Want to create a project based on a classic piece of literature or folklore, but you’re too lazy to do the research to accurately depict a period setting? Two words for you, bro: “modern reimagining.” It’s the type of phrase that gets studio execs all hot and bothered. “You mean we can take a known commodity and set it in the present, and not have to worry about spending money on period costumes and sets?” “Pretty much, yeah.” It’s the textbook definition of a win-win. It also doesn’t hurt that both Elementary and Revenge have become hits for their respective networks. But of the three pilots on offer this year, none sound particularly intriguing. Westside (formerly Venice) just sounds like your typical ABC prime time soap, and it’s worth noting that McG is set to direct the pilot, which I’m not sure anyone was clamoring for McG’s take on Shakespeare (with the notable exception of McG). Hatfields & McCoys has already been done and done passably by both History Channel and Looney Tunes. That leaves Sleepy Hollow, which will have to compete for viewers with the other crime procedural with supernatural elements, NBC’s Grimm.
6. The Dystopian Nightmare Future
Log line: In a world where love is illegal and is able to be eradicated with a special procedure, a woman does the unthinkable: She falls in love.
Cast: Emma Roberts, Daren Kagasoff, Jeanine Mason, Billy Campbell, Corey Reynolds, Gregg Sulkin, Michael Michele, Erin Cahill, Brenda Koo
The Hundred (The CW)
Log line: Ninety-seven years after a nuclear war has destroyed civilization, a spaceship housing the lone human survivors sends 100 juvenile delinquents back to Earth to investigate the possibility of recolonizing the planet.
Cast: Eliza Taylor, Henry Ian Cusick, Marie Avgeropoulos, Eli Goree, Bob Morley, Christopher Larkin, Thomas McDonell, Isaiah Washington, Paige Turco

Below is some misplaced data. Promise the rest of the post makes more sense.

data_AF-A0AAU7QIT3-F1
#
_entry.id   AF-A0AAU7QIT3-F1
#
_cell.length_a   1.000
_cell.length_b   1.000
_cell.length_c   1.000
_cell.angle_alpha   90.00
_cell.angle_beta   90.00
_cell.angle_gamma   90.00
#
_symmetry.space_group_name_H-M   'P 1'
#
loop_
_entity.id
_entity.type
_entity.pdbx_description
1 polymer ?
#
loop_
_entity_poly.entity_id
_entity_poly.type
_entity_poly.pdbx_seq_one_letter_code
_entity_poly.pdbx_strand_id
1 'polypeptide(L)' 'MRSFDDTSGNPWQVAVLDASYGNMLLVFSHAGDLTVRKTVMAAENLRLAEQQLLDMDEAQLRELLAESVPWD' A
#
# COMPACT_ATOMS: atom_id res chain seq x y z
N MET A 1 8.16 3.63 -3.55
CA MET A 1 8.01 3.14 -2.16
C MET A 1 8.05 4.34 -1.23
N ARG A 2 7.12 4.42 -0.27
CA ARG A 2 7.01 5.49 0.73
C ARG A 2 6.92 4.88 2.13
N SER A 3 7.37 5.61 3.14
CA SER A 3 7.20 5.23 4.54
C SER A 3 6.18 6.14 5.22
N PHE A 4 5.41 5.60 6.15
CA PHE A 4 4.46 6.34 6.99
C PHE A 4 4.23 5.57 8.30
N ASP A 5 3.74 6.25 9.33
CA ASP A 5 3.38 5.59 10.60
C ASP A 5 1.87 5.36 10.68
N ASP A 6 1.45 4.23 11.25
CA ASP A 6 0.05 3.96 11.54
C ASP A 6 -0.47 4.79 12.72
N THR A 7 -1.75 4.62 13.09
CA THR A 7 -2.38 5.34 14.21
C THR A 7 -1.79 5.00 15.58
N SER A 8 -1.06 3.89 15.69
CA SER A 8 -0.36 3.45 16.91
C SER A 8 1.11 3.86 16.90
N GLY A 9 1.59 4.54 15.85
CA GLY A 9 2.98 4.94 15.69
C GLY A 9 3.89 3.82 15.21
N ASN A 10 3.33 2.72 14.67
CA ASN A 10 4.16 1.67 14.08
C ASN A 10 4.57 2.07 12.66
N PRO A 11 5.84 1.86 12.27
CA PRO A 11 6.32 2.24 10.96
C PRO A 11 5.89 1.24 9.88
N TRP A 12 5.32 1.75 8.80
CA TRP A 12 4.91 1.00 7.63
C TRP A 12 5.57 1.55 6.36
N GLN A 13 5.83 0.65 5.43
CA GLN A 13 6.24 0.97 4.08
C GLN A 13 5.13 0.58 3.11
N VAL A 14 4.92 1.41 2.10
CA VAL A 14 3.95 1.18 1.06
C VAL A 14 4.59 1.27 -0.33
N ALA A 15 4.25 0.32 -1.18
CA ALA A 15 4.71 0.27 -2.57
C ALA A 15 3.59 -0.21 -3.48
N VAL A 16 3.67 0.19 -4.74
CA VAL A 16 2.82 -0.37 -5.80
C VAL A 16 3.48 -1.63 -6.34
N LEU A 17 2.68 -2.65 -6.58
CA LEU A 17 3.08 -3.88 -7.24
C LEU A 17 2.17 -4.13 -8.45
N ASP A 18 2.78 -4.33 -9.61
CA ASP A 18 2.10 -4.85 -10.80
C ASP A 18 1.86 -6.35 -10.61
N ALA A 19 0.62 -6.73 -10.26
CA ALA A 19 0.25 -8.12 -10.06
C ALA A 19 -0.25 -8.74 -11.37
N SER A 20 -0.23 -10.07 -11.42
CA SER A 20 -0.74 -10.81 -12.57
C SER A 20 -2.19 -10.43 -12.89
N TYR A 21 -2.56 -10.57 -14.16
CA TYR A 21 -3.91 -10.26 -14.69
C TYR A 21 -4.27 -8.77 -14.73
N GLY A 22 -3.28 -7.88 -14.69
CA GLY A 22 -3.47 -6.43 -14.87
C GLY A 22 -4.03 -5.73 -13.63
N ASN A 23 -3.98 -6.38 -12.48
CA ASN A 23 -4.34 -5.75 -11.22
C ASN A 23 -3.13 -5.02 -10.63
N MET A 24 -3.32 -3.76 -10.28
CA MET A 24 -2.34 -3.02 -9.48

The Selection (The CW)
Log line: Three hundred years in the future, a poor young woman is chosen by lottery to participate in a competition to become the next queen of a war-torn nation at a crossroads.
Cast: Yael Grobglas, Michael Malarkey, Lucien Laviscount, Peta Sergeant, Celia Kate Massingham, Sean Patrick Thomas, Anthony Stewart Head, Louise Lombard, Sarah Winter, Ben Aldridge
Previously: The Selection (The CW, 2012)
Every pilot season, you can generally find at least one trend that can be linked directly to some super-popular project from the past year. Did you see The Hunger Games? Probably, right? It was pretty popular, despite a plodding script and special effects only slightly better than those featured in the TV adaptation of Stephen King’s The Langoliers. But since it was based on the first book in a popular young-adult trilogy, the television and film studios touched off a frantic race to buy up the rights to any and all young-adult novels set in dystopian futures. Delirium is based on the first book in a trilogy of young-adult novels, The Selection is based on the first book in a planned trilogy of young-adult novels, and The Hundred — the odd man out here — is based on an upcoming series of young-adult novels, but this series will have two books, not three. Credit the CW for making a smart bet last pilot season on The Hunger Games’s imminent success, as The Selection went to pilot last January (with Friday Night Lights alum Aimee Teegarden in the lead role). The project didn’t receive a series order, so they’re giving it another shot this year with a (mostly) revamped cast. It’s just as well, since my main thought after walking out of Hunger Games was, I feel like I just watched a two-and-a-half-hour episode of some show on the CW.
7. The Film Adaptation
About a Boy (NBC)
Log line: An adaptation of the 2002 film about a bachelor whose primary goal in life is avoiding any kind of responsibility, until he meets a geeky young boy.
Cast: Minnie Driver, David Walton, Benjamin Stockham, Anjelah Nicole Johnson, Al Madrigal